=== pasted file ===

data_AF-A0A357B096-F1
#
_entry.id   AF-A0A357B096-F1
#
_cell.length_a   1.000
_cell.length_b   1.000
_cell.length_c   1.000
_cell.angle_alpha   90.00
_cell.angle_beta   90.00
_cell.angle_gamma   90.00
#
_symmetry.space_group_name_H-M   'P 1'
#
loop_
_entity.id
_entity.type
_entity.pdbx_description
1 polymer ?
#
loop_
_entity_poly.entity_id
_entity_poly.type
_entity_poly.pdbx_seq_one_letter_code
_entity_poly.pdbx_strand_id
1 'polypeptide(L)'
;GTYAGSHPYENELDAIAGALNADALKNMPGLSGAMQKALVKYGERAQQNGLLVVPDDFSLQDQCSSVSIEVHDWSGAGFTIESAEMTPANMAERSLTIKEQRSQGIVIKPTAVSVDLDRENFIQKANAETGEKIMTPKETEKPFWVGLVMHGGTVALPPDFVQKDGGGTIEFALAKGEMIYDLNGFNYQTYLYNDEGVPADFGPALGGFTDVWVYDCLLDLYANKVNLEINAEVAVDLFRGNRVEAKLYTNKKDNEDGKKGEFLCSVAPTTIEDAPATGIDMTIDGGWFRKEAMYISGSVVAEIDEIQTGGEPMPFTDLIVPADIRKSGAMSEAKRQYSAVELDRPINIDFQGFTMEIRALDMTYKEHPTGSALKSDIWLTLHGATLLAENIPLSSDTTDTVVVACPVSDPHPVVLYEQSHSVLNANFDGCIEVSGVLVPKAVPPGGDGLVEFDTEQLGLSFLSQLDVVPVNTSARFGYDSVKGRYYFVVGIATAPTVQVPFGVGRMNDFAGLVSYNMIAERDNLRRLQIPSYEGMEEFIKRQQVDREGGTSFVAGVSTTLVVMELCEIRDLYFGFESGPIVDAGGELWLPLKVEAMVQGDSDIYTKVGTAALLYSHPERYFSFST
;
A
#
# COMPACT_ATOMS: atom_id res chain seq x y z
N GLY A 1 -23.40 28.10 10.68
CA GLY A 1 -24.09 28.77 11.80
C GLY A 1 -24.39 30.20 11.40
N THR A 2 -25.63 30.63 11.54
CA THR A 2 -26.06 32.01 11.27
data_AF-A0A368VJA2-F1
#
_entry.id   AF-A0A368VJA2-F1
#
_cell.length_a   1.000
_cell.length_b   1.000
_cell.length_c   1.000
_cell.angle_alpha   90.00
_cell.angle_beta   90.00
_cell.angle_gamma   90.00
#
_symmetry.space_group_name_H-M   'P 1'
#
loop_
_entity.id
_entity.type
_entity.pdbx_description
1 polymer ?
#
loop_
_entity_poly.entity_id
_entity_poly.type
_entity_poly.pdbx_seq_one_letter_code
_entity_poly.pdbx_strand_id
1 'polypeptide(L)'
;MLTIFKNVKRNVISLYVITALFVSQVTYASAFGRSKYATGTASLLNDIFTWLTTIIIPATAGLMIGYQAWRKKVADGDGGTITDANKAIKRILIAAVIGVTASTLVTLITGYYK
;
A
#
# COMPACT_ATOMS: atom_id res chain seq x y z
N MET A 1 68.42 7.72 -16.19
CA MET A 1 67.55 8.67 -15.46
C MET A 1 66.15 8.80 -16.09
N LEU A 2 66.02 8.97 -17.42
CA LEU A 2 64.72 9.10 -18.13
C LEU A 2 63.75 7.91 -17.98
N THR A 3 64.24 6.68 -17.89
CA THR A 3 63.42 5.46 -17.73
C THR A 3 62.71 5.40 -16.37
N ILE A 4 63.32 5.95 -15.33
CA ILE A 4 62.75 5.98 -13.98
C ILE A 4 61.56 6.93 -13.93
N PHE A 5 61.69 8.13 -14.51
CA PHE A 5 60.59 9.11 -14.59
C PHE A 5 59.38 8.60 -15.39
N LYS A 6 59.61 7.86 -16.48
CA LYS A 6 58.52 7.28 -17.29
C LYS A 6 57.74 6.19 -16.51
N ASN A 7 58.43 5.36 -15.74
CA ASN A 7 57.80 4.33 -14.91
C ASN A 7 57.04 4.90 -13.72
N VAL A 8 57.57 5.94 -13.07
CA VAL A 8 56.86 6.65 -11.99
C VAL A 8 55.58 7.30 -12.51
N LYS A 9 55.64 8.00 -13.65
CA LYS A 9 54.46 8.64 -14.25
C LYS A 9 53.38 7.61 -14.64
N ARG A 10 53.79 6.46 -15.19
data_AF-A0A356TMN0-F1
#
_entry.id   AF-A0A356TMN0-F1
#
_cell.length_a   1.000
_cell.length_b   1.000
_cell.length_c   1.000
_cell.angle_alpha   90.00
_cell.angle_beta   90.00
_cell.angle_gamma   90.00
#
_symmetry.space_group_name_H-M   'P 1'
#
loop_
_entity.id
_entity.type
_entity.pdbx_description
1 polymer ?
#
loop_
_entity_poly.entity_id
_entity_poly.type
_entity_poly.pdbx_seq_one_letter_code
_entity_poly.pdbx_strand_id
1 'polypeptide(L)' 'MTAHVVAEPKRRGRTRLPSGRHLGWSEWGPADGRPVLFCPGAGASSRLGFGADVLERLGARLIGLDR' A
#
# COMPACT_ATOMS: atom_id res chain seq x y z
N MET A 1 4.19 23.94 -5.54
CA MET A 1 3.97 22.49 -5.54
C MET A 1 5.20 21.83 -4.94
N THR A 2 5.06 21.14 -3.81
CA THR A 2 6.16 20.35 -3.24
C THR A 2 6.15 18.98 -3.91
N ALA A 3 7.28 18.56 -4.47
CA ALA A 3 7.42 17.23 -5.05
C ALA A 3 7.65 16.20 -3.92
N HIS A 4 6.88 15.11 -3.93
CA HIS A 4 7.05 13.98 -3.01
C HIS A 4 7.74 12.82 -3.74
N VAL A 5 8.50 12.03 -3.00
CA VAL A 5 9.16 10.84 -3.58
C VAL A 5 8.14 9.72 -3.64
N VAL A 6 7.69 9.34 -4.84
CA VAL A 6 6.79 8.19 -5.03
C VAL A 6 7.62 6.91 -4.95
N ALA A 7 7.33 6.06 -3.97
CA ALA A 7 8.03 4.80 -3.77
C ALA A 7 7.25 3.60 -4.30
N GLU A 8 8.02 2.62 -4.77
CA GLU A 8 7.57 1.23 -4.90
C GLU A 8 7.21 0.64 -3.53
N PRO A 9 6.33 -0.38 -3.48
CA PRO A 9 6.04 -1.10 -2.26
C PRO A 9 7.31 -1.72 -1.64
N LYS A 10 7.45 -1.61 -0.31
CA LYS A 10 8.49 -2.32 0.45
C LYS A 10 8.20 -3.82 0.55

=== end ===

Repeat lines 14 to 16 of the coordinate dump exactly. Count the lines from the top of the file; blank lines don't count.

loop_
_entity.id
_entity.type